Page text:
My lone Narcissus, aka: Daffodil
See How she stands by herself, the others beneath her feet–brave girl!
On the American Daffodil Society’s website:
None. The two words are synonyms. Narcissus is the Latin or botanical name for all daffodils, just as ilex is for hollies. Daffodil is the common name for all members of the genus Narcissus, and its use is recommended by the ADS at all times other than in scientific writing.
I was driving into my house and passed the Narcissus I planted last year in honor of Emily Dickinson, and I thought, you know those look exactly like my yellow daffodils. Hmmmm….
So, I came inside and consulted the internet, and Voila! Just call me Einstein! They are the same thing.
Therefore, it turns out, I planted a whole bunch of daffodils last year! I found a wonderful page on e-How: How to Plant an Emily Dickinson Garden. Check it out!
Another daffodil poem from Emily and then two more from William Wordsworth and Ted Hughes.
I dared not meet the daffodils,
For fear their yellow gown
Would pierce me with a fashion
So foreign to my own.
Emily Dickinson (1830 – 1886)
I WANDER’D lonely as a cloud
That floats on high o’er vales and hills,
When all at once I saw a crowd,
A host, of golden daffodils;
Beside the lake, beneath the trees,
Fluttering and dancing in the breeze.
Continuous as the stars that shine
And twinkle on the Milky Way,
They stretch’d in never-ending line
Along the margin of a bay:
Ten thousand saw I at a glance,
Tossing their heads in sprightly dance.
The waves beside them danced; but they
Out-did the sparkling waves in glee:
A poet could not but be gay,
In such a jocund company:
I gazed — and gazed — but little thought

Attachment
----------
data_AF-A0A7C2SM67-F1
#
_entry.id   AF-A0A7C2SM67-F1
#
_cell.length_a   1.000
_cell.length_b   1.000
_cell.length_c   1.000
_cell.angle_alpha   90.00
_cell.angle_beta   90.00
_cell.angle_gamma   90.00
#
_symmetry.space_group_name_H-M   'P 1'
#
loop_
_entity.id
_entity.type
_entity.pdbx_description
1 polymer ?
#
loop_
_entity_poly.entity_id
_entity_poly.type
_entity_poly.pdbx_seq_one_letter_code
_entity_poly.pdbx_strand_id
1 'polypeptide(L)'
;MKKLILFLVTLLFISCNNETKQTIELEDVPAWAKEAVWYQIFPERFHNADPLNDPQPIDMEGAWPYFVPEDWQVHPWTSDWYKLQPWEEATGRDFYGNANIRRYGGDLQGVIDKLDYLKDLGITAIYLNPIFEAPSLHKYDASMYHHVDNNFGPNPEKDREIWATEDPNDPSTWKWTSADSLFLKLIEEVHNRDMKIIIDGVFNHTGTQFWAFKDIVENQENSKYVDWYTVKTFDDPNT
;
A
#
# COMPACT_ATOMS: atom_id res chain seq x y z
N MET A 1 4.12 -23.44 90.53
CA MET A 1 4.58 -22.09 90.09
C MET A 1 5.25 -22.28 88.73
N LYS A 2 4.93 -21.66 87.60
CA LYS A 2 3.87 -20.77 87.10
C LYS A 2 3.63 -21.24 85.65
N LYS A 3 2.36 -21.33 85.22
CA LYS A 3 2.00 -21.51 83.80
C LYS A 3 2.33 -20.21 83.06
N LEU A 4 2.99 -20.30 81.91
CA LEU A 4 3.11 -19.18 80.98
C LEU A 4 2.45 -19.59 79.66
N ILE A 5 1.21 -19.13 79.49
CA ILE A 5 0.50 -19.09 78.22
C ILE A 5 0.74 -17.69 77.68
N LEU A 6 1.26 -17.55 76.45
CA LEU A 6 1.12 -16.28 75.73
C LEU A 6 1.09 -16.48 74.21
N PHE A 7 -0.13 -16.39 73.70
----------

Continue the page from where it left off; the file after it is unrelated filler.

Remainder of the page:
What wealth the show to me had brought:
For oft, when on my couch I lie
In vacant or in pensive mood,
They flash upon that inward eye
Which is the bliss of solitude;
And then my heart with pleasure fills,
And dances with the daffodils.
By William Wordsworth (1770-1850).
by Ted Hughes
Remember how we picked the daffodils?
Nobody else remembers, but I remember.
Your daughter came with her armfuls, eager and happy,
Helping the harvest. She has forgotten.
She cannot even remember you. And we sold them.
It sounds like sacrilege, but we sold them.
Were we so poor? Old Stoneman, the grocer,
Boss-eyed, his blood-pressure purpling to beetroot
(It was his last chance,
He would die in the same great freeze as you) ,
He persuaded us. Every Spring
He always bought them, sevenpence a dozen,
‘A custom of the house’.
Besides, we still weren’t sure we wanted to own
Anything. Mainly we were hungry
To convert everything to profit.
Still nomads-still strangers
To our whole possession. The daffodils
Were incidental gilding of the deeds,
Treasure trove. They simply came,
And they kept on coming.
As if not from the sod but falling from heaven.
Our lives were still a raid on our own good luck.
We knew we’d live forever. We had not learned
What a fleeting glance of the everlasting
Daffodils are. Never identified
The nuptial flight of the rarest epherma-
Our own days!
We thought they were a windfall.
Never guessed they were a last blessing.
So we sold them. We worked at selling them
As if employed on somebody else’s
Flower-farm. You bent at it
In the rain of that April-your last April.
We bent there together, among the soft shrieks
Of their jostled stems, the wet shocks shaken
Of their girlish dance-frocks-
Fresh-opened dragonflies, wet and flimsy,
Opened too early.
We piled their frailty lights on a carpenter’s bench,
Distributed leaves among the dozens-
Buckling blade-leaves, limber, groping for air, zinc-silvered-
Propped their raw butts in bucket water,
Their oval, meaty butts,
And sold them, sevenpence a bunch-
Wind-wounds, spasms from the dark earth,
With their odourless metals,
A flamy purification of the deep grave’s stony cold
As if ice had a breath-
We sold them, to wither.
The crop thickened faster than we could thin it.
Finally, we were overwhelmed
And we lost our wedding-present scissors.
Every March since they have lifted again
Out of the same bulbs, the same
Baby-cries from the thaw,
Ballerinas too early for music, shiverers
In the draughty wings of the year.
On that same groundswell of memory, fluttering
They return to forget you stooping there
Behind the rainy curtains of a dark April,
Snipping their stems.
But somewhere your scissors remember. Wherever they are.
Here somewhere, blades wide open,
April by April
Through the sod-an anchor, a cross of rust.